For the past few years, George Wylesol has been one of the most unique and intriguing cartoonists working in the small press and self-publishing scene. His prior works such as Porn and Ghosts, Etc. had the feeling of building up to some kind of subtle-yet-grand statement on the emptiness at the core of today’s socio-economic zeitgeist, and with the imminent release of his latest full-length graphic novel, Internet Crusader, published by Avery Hill, the full scope of Wylesol’s artistic project may be on the cusp of coming into view. He was recently kind enough to answer some questions about the new book, his previous comics, and his process and intentions, so without any further ado, and with apologies for the occasional wonky font —
Four Color Apocalypse : What is your background in the arts, and how did that lead you to comics? Was it a medium you were always interested in, or did that interest develop later?
George Wylesol : I got both a BFA and MFA in illustration, but I didn’t get into comics until about halfway through my masters degree. I was more focused on doing posters and editorial illustration, but liked making zines and writing in my free time. This eventually led to comics. I didn’t really read or even see any comics until my late twenties.
4CA : What mediums, if any, other than comics do you create art in? Do you see your work as fitting within any particular artistic tradition?
GW : I primarily work in the editorial illustration market, and also do work for the book and music industries. I definitely feel like I fit more in that world than the comics world. I’m not sure if I fit in any tradition, but I was looking a lot at vintage movie posters, advertisements, and pulp novel covers while I was trying to develop my “style” over the years, and that really informed the most identifiable parts of my visual language today.
4CA : How does your creative process work? Do you have a specific time each day or week that you devote to creating art, or is it more a case of spur-of-the-moment inspiration?
GW : It’s very much a structured job. I like to get up really early and immediately start working. I pretty much go all day until about 8 or 9. Most of the time, I have tight deadlines I need to meet for clients, or have some lessons to prep or grade for my classes. When I’m working on a personal project like a graphic novel or something, I usually set a goal for any given amount of time. For example, if I have a break between semesters, I’ll try to get like 30 pages done or something.
4CA : Did growing up in Philadelphia influence your work?
Very much so. Well, I currently live in Baltimore, but I grew up in Philly, and it was really influential. Philly in the late 90s-early 00s felt like a very lawless place. Once I was old enough to take care of myself I pretty much had the run of the city. All the trouble I got into with friends, all the forgotten places and abandoned buildings still seem to creep into my work. It’s a different city now and I kinda miss the way it used to be. Baltimore is cool though and sometimes reminds me of the old Philly.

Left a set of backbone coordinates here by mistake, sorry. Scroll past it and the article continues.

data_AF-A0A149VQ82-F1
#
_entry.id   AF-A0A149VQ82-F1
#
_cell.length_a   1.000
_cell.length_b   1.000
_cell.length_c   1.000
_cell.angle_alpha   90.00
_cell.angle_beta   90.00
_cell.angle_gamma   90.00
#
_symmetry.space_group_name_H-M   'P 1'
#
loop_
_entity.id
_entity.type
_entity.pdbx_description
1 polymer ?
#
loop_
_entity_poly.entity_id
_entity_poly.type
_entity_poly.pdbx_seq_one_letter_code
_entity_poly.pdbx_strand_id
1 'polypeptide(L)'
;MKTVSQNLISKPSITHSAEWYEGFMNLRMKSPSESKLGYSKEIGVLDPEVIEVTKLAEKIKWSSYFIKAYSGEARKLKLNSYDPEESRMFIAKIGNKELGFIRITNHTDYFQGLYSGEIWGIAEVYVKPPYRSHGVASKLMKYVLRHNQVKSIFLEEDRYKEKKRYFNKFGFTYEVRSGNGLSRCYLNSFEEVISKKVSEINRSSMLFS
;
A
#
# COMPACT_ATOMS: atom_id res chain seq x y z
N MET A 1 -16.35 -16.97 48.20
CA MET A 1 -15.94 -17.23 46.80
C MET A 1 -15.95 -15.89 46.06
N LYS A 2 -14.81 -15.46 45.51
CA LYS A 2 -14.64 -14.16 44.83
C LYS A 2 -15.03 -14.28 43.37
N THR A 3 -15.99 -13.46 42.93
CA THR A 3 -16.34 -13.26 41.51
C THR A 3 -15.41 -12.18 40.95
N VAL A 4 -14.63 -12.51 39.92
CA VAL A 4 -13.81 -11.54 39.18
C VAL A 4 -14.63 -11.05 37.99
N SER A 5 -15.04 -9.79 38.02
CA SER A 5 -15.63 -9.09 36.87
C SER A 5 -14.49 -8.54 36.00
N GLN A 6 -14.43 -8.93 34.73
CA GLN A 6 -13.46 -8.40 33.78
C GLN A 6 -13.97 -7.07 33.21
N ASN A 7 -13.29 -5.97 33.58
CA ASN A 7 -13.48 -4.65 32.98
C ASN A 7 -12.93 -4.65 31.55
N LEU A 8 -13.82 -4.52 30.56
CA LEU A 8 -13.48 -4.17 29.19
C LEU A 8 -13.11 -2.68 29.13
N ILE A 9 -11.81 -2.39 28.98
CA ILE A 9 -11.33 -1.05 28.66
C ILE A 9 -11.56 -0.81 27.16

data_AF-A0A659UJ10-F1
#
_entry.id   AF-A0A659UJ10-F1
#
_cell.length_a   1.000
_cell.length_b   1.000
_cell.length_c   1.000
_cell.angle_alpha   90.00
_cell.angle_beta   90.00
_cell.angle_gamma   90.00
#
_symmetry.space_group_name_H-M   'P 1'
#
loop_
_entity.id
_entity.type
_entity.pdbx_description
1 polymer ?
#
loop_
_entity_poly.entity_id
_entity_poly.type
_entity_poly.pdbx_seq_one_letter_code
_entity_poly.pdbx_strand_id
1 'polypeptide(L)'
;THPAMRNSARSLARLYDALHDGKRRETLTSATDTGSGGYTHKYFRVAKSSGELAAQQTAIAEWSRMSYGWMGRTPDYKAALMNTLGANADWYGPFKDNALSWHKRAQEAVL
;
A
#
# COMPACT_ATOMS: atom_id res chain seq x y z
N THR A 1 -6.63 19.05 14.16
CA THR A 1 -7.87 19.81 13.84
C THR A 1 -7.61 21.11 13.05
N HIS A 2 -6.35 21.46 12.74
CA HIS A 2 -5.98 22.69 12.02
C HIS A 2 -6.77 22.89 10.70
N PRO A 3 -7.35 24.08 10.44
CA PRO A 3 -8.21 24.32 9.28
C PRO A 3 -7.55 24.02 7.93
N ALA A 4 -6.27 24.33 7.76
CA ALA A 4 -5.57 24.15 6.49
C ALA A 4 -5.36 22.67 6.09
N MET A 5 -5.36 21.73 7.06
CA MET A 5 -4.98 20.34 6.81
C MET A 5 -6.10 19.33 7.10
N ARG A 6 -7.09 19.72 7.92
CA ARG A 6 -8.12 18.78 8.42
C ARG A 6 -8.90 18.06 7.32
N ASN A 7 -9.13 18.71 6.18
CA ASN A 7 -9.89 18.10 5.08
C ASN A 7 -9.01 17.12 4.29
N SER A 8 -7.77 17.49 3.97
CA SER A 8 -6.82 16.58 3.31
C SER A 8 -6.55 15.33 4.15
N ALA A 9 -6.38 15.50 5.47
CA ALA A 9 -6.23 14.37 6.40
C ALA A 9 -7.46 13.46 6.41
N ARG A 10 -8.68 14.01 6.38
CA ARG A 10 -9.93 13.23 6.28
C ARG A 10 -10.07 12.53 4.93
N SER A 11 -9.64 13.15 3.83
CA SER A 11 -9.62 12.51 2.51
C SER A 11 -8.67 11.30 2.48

4CA : What would you consider to be the underlying themes that either tie your work together, or run through all of it? What are the ideas you most consistently find yourself exploring?
GW : I think my work is pretty nostalgic, and I often find myself looking at past experiences for inspiration. Some locations throughout Philly are definitely a consistent theme. I went to Catholic school for twelve years, so religious imagery has been prominent for a while now. I’ve always loved type and letters, so there’s often a typographical element as well.
4CA : In much of your work, spaces and locales take on every bit as integral a role as any specific “characters” themselves — in fact, many of your comics eschew featuring anything like a “protagonist” altogether. What is the impetus behind this, and how do you think it affects your artistic oeuvre in a general sense?
GW : Yeah definitely. Honestly the most simple reason is that I just hate drawing people or characters. I’m just not good at it and at this point I probably never will be. I’ve tried to make a couple different comics before that were character-driven, but after the first few pages it just felt like such a chore, and I never finished them. I think to work on something long-term, you really have to enjoy the work, or at least tolerate it.
In a deeper and more critical sense, I think it’s just super interesting to flip the idea of a “character” on it’s head. I think a character doesn’t have to be a person, or even anything that’s alive. A chair or a street could be a character, because sometimes in real life, things or places can have a “personality,” I think.
4CA : Are there any particular cartoonists or artists in other media that have had a particularly profound influence on your own work?
GW : Not particularly; I intentionally try not to look too closely at other artists in my field, as I don’t want to be too influenced by them. But I’m really drawn to artists in comics that work in a more abstract or experimental way.